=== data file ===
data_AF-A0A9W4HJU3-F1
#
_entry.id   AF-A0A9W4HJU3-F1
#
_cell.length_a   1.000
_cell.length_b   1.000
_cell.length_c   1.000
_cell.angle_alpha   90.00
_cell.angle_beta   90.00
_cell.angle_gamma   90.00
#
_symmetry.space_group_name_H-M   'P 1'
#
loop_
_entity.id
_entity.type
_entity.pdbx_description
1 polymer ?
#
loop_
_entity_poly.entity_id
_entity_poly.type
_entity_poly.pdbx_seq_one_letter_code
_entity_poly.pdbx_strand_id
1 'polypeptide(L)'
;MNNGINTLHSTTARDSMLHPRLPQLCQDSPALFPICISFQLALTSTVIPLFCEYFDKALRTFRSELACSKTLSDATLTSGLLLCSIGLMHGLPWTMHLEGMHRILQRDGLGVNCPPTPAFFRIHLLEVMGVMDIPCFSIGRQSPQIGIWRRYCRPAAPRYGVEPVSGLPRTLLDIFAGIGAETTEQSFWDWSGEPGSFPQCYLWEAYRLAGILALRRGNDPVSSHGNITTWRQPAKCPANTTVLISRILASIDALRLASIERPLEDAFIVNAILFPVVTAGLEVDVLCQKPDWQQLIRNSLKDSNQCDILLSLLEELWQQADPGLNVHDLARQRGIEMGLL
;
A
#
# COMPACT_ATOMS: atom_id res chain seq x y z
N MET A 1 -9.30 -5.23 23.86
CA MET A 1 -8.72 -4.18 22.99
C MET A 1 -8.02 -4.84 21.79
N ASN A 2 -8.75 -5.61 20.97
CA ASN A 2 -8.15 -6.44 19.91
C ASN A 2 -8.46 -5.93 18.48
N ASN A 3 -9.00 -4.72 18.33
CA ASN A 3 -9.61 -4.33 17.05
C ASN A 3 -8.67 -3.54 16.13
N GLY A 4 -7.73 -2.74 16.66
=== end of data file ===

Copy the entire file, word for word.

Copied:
data_AF-A0A9W4HJU3-F1
#
_entry.id   AF-A0A9W4HJU3-F1
#
_cell.length_a   1.000
_cell.length_b   1.000
_cell.length_c   1.000
_cell.angle_alpha   90.00
_cell.angle_beta   90.00
_cell.angle_gamma   90.00
#
_symmetry.space_group_name_H-M   'P 1'
#
loop_
_entity.id
_entity.type
_entity.pdbx_description
1 polymer ?
#
loop_
_entity_poly.entity_id
_entity_poly.type
_entity_poly.pdbx_seq_one_letter_code
_entity_poly.pdbx_strand_id
1 'polypeptide(L)'
;MNNGINTLHSTTARDSMLHPRLPQLCQDSPALFPICISFQLALTSTVIPLFCEYFDKALRTFRSELACSKTLSDATLTSGLLLCSIGLMHGLPWTMHLEGMHRILQRDGLGVNCPPTPAFFRIHLLEVMGVMDIPCFSIGRQSPQIGIWRRYCRPAAPRYGVEPVSGLPRTLLDIFAGIGAETTEQSFWDWSGEPGSFPQCYLWEAYRLAGILALRRGNDPVSSHGNITTWRQPAKCPANTTVLISRILASIDALRLASIERPLEDAFIVNAILFPVVTAGLEVDVLCQKPDWQQLIRNSLKDSNQCDILLSLLEELWQQADPGLNVHDLARQRGIEMGLL
;
A
#
# COMPACT_ATOMS: atom_id res chain seq x y z
N MET A 1 -9.30 -5.23 23.86
CA MET A 1 -8.72 -4.18 22.99
C MET A 1 -8.02 -4.84 21.79
N ASN A 2 -8.75 -5.61 20.97
CA ASN A 2 -8.15 -6.44 19.91
C ASN A 2 -8.46 -5.93 18.48
N ASN A 3 -9.00 -4.72 18.33
CA ASN A 3 -9.61 -4.33 17.05
C ASN A 3 -8.67 -3.54 16.13
N GLY A 4 -7.73 -2.74 16.66